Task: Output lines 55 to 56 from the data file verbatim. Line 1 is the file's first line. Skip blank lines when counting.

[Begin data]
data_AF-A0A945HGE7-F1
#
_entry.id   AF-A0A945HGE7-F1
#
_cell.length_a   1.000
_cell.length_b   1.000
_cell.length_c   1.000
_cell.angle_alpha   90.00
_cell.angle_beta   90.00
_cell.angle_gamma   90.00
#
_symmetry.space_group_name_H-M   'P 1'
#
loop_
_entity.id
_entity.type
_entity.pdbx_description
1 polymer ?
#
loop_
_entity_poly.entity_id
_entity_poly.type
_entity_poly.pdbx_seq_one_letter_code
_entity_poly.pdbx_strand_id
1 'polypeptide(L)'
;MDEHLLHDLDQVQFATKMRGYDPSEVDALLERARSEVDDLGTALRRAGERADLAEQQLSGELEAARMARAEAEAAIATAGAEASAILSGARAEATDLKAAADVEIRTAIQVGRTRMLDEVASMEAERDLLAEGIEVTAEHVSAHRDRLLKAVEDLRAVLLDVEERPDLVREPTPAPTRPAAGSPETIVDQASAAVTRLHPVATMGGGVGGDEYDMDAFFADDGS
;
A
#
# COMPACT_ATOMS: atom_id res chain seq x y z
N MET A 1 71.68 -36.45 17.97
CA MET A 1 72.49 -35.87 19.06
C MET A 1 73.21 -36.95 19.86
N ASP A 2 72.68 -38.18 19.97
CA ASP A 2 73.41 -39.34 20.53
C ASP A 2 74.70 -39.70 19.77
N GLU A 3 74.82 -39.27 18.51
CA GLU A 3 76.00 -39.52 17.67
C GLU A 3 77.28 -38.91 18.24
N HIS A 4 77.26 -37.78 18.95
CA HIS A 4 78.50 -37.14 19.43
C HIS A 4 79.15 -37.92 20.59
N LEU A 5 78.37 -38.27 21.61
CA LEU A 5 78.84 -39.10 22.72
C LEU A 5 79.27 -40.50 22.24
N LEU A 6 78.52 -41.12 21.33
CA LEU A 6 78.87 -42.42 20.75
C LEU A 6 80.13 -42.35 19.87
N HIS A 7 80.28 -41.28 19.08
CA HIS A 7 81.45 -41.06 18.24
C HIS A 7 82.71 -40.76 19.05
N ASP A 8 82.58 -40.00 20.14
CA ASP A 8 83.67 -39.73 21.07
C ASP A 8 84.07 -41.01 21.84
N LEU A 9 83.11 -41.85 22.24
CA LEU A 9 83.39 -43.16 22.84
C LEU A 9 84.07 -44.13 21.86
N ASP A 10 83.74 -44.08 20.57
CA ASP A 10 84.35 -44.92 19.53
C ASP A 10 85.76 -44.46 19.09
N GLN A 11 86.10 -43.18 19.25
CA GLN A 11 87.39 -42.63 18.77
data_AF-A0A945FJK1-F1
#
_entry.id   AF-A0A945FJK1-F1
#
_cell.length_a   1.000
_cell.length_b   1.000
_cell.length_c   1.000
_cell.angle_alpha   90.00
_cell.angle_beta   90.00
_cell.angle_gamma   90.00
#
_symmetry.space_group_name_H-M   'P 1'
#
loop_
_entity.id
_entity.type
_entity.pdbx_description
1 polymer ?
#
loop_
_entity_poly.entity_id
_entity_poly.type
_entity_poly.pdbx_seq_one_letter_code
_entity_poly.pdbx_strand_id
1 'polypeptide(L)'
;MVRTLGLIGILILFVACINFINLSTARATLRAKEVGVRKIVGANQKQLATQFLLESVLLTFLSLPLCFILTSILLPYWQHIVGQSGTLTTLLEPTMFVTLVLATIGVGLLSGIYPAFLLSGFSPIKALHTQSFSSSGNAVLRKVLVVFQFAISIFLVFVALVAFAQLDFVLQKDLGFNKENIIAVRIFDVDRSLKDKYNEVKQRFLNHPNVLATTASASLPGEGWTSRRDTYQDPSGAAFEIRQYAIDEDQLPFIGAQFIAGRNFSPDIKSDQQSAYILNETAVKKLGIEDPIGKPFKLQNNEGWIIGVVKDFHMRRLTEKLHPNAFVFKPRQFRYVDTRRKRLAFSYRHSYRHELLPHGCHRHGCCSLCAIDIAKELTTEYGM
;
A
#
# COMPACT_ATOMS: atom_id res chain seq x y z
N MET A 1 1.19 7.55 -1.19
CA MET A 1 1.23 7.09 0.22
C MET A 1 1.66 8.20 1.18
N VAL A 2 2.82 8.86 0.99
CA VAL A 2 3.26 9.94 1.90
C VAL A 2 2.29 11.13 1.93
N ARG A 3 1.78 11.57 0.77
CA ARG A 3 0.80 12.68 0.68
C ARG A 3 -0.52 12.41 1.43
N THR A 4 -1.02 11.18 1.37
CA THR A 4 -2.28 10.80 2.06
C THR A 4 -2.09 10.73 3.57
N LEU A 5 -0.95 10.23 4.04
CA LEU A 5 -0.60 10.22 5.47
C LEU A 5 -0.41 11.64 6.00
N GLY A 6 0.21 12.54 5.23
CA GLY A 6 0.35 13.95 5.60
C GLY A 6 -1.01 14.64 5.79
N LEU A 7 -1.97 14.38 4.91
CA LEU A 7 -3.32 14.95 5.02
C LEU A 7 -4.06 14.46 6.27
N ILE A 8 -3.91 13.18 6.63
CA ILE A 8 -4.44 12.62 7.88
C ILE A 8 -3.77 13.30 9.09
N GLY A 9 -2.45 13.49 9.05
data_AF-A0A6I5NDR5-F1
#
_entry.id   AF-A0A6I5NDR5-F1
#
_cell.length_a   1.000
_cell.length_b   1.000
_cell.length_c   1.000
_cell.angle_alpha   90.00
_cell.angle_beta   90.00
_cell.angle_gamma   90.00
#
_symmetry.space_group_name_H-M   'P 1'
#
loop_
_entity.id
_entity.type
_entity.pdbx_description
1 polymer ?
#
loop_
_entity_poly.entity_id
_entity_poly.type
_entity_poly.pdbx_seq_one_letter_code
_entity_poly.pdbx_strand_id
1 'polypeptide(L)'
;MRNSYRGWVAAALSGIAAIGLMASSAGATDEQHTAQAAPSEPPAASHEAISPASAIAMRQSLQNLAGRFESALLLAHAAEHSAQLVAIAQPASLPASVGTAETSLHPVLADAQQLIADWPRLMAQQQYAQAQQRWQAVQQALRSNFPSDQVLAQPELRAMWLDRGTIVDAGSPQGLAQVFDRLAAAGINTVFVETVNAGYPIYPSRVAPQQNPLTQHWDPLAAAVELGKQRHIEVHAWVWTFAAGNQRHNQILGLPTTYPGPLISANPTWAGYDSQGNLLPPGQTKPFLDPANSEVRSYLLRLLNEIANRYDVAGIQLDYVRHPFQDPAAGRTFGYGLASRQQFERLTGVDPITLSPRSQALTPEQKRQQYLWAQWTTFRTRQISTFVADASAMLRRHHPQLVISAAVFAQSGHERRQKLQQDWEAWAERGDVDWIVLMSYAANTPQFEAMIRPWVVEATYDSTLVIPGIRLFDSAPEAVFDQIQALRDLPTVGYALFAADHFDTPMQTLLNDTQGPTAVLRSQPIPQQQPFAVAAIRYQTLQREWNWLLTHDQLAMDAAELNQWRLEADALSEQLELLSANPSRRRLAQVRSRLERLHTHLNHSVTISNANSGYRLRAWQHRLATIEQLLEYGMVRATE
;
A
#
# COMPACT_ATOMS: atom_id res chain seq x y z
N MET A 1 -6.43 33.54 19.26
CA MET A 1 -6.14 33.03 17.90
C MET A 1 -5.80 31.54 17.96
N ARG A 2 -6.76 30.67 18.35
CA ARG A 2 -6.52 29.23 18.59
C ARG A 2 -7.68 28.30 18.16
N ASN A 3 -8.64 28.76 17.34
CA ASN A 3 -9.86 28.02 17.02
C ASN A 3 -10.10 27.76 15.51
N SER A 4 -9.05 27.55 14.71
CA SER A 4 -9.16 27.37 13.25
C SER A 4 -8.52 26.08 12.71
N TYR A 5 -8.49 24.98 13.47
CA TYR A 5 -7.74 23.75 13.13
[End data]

N LEU A 9 83.11 -41.85 22.24
CA LEU A 9 83.39 -43.16 22.84